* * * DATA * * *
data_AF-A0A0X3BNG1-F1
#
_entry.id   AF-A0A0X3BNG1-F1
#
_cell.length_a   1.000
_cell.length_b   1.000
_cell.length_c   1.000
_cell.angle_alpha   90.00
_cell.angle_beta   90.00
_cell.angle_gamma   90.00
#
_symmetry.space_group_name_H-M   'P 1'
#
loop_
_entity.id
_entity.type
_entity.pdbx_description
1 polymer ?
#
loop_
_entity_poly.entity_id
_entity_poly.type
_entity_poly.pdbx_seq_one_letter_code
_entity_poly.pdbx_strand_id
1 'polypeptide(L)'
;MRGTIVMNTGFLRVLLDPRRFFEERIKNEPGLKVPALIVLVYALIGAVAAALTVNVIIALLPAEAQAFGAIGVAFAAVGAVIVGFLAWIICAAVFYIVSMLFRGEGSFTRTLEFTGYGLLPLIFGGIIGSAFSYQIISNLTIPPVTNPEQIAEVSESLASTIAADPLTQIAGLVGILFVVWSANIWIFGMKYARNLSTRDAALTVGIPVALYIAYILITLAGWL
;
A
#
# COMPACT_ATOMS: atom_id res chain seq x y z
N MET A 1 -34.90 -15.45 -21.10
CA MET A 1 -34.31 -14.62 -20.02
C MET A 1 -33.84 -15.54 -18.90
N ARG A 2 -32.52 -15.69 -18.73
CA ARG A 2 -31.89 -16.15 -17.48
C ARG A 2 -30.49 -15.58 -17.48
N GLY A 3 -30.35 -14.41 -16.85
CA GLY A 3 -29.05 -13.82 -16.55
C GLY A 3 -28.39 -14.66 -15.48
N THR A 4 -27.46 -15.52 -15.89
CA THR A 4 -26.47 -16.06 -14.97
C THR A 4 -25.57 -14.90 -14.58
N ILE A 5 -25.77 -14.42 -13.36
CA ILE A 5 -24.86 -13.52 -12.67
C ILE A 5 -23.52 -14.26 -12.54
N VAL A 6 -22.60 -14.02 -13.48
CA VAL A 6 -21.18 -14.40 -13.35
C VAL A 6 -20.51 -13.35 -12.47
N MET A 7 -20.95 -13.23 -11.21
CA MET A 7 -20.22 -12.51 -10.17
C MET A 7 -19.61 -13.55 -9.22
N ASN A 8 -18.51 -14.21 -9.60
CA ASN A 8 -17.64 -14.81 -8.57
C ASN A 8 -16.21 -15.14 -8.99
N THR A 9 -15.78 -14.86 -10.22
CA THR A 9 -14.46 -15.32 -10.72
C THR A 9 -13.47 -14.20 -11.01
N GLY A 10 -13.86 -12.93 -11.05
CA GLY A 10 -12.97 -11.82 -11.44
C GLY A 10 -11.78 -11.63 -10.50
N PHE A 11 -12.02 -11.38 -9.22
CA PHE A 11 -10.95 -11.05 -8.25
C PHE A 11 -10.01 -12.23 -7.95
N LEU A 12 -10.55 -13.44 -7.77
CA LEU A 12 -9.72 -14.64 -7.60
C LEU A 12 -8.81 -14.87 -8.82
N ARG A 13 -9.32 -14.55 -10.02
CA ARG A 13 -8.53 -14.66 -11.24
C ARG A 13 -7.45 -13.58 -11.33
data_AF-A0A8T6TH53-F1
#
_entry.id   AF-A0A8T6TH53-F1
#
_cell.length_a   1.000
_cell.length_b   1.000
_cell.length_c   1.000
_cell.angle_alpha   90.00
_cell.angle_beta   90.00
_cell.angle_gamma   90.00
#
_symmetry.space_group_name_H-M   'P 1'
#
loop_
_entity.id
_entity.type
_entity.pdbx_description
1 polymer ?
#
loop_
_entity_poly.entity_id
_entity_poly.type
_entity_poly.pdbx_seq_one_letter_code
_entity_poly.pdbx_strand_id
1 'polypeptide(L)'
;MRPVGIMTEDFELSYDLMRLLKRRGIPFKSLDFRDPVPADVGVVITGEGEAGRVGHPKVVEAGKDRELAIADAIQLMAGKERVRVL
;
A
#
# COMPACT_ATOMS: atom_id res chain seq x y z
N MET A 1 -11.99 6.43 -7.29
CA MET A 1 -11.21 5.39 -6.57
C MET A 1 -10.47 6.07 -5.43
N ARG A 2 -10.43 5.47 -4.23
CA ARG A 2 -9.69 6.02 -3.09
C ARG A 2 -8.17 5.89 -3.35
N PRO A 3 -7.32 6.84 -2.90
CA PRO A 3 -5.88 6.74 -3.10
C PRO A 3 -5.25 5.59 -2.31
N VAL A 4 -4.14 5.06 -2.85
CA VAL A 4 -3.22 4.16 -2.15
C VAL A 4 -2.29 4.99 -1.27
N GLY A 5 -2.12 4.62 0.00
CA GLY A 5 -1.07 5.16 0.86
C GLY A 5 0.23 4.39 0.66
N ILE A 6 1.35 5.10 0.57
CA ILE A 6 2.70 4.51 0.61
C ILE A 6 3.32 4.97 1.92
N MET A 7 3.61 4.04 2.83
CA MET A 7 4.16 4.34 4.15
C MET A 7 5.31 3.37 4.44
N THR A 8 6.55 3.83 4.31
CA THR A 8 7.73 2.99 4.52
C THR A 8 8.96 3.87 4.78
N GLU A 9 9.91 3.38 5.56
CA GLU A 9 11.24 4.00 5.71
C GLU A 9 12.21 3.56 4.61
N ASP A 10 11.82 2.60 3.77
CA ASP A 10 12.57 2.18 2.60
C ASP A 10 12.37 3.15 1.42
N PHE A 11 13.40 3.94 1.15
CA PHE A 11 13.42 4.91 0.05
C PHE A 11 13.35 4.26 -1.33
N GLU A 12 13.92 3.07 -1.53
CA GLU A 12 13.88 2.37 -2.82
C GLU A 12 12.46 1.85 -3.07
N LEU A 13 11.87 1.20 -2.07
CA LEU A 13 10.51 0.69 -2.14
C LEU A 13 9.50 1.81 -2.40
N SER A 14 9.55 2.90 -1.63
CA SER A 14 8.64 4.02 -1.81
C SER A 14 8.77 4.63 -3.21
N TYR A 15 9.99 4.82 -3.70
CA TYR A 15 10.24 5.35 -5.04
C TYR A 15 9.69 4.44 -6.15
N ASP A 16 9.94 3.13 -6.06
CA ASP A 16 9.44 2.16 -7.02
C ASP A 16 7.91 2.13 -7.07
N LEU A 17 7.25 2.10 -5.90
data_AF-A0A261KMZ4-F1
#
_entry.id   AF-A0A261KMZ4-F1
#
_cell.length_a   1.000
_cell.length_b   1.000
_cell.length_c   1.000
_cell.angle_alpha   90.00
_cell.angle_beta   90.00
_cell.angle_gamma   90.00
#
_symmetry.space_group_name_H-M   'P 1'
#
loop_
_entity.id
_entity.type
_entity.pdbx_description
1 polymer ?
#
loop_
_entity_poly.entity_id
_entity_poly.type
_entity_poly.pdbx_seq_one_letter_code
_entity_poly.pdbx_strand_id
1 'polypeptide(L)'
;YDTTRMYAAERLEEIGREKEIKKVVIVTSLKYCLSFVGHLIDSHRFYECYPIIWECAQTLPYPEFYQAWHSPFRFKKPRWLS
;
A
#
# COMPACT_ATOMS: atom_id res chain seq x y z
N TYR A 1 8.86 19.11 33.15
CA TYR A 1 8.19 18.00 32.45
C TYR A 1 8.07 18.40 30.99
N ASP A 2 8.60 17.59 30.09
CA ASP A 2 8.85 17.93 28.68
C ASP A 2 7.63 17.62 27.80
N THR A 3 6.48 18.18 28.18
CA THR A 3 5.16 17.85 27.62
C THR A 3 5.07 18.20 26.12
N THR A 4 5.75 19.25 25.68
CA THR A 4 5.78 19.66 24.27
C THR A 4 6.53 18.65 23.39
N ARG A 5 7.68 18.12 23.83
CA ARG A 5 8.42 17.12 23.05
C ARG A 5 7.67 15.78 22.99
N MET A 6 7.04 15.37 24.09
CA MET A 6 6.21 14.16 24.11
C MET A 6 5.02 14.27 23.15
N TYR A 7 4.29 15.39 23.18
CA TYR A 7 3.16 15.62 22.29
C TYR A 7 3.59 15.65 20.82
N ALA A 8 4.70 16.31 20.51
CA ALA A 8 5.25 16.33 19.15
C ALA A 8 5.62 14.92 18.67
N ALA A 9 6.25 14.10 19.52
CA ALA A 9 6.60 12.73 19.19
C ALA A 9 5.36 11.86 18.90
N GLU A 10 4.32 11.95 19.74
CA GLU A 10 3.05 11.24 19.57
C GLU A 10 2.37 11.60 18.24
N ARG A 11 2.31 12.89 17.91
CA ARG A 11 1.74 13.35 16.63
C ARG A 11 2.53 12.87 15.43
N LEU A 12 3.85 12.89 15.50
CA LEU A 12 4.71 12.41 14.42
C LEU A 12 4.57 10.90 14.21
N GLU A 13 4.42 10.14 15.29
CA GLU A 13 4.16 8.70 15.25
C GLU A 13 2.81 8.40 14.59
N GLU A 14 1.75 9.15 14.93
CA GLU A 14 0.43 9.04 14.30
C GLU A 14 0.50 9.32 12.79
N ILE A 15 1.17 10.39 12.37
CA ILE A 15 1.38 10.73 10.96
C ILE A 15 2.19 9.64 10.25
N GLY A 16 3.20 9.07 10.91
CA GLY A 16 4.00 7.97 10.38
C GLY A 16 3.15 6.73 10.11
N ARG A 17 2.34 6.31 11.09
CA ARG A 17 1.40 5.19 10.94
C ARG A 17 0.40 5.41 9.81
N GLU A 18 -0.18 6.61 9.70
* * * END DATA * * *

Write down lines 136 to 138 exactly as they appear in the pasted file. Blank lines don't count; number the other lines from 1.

N LEU A 13 11.87 1.20 -2.07
CA LEU A 13 10.51 0.69 -2.14
C LEU A 13 9.50 1.81 -2.40